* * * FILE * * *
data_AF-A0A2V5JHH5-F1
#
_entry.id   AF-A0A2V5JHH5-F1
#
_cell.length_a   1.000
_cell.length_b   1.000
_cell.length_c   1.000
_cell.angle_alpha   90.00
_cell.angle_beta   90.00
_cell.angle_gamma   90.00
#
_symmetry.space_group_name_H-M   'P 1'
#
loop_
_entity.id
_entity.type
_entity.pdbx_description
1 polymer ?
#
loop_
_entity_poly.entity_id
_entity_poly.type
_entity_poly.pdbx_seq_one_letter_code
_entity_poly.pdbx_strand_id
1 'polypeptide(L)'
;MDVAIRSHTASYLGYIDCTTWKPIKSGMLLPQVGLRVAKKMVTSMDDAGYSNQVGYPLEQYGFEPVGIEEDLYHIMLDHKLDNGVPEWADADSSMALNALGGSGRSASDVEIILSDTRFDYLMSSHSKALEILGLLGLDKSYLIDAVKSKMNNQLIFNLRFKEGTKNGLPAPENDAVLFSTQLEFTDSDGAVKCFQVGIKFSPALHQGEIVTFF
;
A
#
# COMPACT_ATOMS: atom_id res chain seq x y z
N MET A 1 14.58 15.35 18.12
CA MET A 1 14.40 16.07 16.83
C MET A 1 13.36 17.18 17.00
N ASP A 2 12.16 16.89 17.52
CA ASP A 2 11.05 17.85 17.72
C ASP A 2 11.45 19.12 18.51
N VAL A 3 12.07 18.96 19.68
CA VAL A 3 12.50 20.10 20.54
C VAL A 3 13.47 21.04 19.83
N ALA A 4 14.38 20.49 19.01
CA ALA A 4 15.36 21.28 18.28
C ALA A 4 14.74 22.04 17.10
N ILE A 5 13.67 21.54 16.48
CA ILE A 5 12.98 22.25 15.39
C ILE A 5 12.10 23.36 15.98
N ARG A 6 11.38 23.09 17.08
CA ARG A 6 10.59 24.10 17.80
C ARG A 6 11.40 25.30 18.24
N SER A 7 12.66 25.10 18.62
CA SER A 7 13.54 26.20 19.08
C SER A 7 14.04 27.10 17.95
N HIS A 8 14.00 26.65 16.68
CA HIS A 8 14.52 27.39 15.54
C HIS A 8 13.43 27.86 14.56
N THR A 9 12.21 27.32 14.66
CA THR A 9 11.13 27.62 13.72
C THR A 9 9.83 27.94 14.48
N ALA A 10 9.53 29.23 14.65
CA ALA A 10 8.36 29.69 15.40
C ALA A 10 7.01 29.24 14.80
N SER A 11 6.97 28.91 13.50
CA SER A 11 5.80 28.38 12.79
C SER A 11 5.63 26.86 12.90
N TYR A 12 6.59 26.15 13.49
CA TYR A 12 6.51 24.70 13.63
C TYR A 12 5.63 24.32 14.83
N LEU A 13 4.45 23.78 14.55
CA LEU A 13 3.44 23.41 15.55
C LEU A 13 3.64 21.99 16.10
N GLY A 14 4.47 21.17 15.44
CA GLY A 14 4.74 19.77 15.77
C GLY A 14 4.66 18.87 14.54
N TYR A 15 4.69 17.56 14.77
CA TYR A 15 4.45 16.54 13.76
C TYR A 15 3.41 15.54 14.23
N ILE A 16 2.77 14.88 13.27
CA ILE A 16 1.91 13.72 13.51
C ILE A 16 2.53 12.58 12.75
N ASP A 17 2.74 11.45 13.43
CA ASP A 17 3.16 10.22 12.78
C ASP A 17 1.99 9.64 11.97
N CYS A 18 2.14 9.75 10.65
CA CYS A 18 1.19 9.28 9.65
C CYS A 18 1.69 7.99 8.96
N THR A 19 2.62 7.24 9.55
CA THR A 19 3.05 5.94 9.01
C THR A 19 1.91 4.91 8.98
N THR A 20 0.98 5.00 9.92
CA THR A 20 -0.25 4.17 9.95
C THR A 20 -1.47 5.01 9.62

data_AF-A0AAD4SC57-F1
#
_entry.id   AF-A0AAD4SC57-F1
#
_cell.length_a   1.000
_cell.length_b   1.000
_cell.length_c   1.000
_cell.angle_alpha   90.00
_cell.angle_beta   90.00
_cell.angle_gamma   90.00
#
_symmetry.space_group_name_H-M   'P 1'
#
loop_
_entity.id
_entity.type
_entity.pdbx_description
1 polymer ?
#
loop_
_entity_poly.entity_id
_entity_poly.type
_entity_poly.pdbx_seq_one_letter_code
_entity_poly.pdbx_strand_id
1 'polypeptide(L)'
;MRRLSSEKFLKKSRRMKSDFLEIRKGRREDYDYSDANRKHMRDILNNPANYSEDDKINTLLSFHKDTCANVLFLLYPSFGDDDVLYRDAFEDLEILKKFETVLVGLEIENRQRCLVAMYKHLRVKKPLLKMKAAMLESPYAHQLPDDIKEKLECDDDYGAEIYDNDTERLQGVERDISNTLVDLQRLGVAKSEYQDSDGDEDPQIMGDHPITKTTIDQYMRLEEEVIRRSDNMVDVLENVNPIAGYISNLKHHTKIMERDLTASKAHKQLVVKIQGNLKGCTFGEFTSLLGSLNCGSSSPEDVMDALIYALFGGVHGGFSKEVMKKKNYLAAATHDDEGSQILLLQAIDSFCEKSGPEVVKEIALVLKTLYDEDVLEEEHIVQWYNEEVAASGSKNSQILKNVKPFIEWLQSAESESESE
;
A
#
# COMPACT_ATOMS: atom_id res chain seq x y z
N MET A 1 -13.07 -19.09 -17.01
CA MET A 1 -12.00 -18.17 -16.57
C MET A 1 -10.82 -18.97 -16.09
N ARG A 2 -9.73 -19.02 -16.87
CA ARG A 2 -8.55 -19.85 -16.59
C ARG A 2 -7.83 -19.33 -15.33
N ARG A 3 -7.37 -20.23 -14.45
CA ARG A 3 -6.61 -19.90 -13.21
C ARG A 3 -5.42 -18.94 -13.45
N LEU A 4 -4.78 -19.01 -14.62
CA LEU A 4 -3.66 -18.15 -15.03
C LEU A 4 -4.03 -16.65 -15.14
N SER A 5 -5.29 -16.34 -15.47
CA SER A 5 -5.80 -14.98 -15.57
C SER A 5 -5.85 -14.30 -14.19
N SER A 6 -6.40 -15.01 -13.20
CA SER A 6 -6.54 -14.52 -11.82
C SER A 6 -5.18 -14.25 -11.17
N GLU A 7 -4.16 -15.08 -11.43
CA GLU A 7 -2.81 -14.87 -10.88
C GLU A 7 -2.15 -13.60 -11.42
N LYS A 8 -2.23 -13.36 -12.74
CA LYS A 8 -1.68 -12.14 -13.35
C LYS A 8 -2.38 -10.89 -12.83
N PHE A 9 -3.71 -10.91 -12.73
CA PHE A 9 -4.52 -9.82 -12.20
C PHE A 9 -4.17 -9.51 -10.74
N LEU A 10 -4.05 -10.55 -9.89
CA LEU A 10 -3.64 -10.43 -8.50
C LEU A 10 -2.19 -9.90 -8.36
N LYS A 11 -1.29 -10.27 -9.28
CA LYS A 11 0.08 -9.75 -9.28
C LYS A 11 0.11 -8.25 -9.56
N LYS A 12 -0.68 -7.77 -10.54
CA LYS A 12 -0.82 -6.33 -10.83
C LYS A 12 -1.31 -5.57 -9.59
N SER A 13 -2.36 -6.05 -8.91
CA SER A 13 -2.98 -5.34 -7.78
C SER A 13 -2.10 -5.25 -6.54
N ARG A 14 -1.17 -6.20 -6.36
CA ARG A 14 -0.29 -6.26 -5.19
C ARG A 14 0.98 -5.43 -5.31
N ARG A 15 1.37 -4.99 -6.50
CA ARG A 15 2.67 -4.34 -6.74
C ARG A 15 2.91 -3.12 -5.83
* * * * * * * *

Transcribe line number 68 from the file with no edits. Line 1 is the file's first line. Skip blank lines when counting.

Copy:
CA LEU A 13 3.44 23.41 15.55